It’s some of the worst news a family could get at Christmas.
Just one year after doctors said Wills Hodgkinson didn’t need any more treatment, two new tumours were discovered on the nine-year-old’s lungs.
“We don’t know what his prospects are. It’s grim,” said his dad, Tim Hodgkinson.
|Two-year-old Scarlet cuddles with her big brother Wills during his 2018 ordeal. )Photo courtesy Tim Hodgkinson)|
In Feb. 2018, Wills was diagnosed with a Wilm’s tumour, a rare kidney cancer that primarily affects children. The usual treatment is to remove the tumour and the affected kidney, but in Wills’ case the tumour had grown so large it had fused to his pancreas, spleen and colon.
That meant weeks of heavy chemo in an attempt to shrink the tumour enough it could be removed safely. The second blow fell when ongoing testing discovered eight more tumours on Wills’ lungs.
A healthy, active kid prior to the diagnosis, Wills fought through, and survived, nearly a year of chemotherapy, surgery and illness as he beat back the cancer. By the end of 2018, Wills was visiting the Western News office declaring “I’m done with cancer,” and chatting about plans to play soccer with first the Pinnacles, then the Whitecaps and finally Chelsea F.C. in London, England.
Of course, Wills wasn’t done, even then. But it looked good. The kidney tumour was removed, and months of treatment had shrunk the lung tumours — four were gone and the remaining ones were small and stabilized.
Now, the lung tumours are back. Tim said his son was finally getting back to a regular routine and both the physical and emotional scars were healing.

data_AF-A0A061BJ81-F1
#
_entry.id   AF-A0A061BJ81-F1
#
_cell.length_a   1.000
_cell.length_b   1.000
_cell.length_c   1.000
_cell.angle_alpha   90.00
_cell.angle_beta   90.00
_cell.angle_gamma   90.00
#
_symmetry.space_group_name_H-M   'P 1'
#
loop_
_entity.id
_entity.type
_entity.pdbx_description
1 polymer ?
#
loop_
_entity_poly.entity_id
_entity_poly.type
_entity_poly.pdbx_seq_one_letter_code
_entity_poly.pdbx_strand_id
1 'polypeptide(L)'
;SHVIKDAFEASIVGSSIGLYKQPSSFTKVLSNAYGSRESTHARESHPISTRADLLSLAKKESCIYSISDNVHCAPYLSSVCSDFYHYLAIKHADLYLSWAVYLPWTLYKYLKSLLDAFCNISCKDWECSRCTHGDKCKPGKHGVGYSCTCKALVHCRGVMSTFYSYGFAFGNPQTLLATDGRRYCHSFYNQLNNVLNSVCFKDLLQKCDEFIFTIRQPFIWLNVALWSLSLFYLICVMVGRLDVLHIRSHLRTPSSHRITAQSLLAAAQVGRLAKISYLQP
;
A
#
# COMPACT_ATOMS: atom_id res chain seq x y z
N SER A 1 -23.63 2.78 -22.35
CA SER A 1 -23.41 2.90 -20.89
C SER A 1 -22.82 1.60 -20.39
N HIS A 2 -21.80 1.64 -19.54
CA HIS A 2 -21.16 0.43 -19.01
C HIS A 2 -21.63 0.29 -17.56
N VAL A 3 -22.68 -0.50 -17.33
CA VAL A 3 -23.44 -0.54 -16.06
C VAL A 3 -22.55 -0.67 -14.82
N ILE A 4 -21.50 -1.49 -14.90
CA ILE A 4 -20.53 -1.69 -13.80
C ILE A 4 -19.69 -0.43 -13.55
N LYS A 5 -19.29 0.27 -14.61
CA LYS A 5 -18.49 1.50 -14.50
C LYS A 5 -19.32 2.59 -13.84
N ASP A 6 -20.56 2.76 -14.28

“He was putting both of those in the past, right?” said Tim. “He was clear for a year, absolutely clear and we were trying to get him back into the day to day routine; catching up with schoolwork, playing football (soccer).”
Throughout his 2018 battle, Wills showed a strong survival drive, which Tim is hoping will help him again.
“Survival drive… I’m not trying to delude myself but truly he does, you know, and so we’re banking on that being one of the key factors,” said Tim.
If it’s possible, the second time around is expected to be more difficult and dangerous. The new tumours are in the same area as the earlier ones, which Tim said is causing concern for Wills’ treatment team.
The first surgery is planned for Dec. 20, to remove the smaller of two tumours and conduct a biopsy to help determine how aggressive the cancer is. The results, ironically, are expected on Dec. 23 or Christmas Eve itself. A new round of intense chemotherapy starts Dec. 30.
All through the crisis, Wills had his family by his side: dad Tim, mom Neeley Brimer and his young sister, Scarlett. Now they are back at B.C. Children’s Hospital and told to plan for a long stay at Ronald McDonald House.
Tim said the family is grateful for the community support during the 2018 ordeal and they hope people can help again as they prepare for another long battle.
“We have been forced to drop everything once again in order to be with our son through this latest ordeal,” wrote Tim on a GoFundMe page, adding they would be grateful for any help, large or small, on both domestic and medical fronts.
“This includes the possibility of using breakthrough technology now available in the United States which is expensive and right now is beyond our reach,” wrote Tim.
Tim has also set up a foundation to encourage support from organizations and corporate interests not only for Wills but others like him at www.wilmsfoundation.com.
Senior reporter, Penticton Western News
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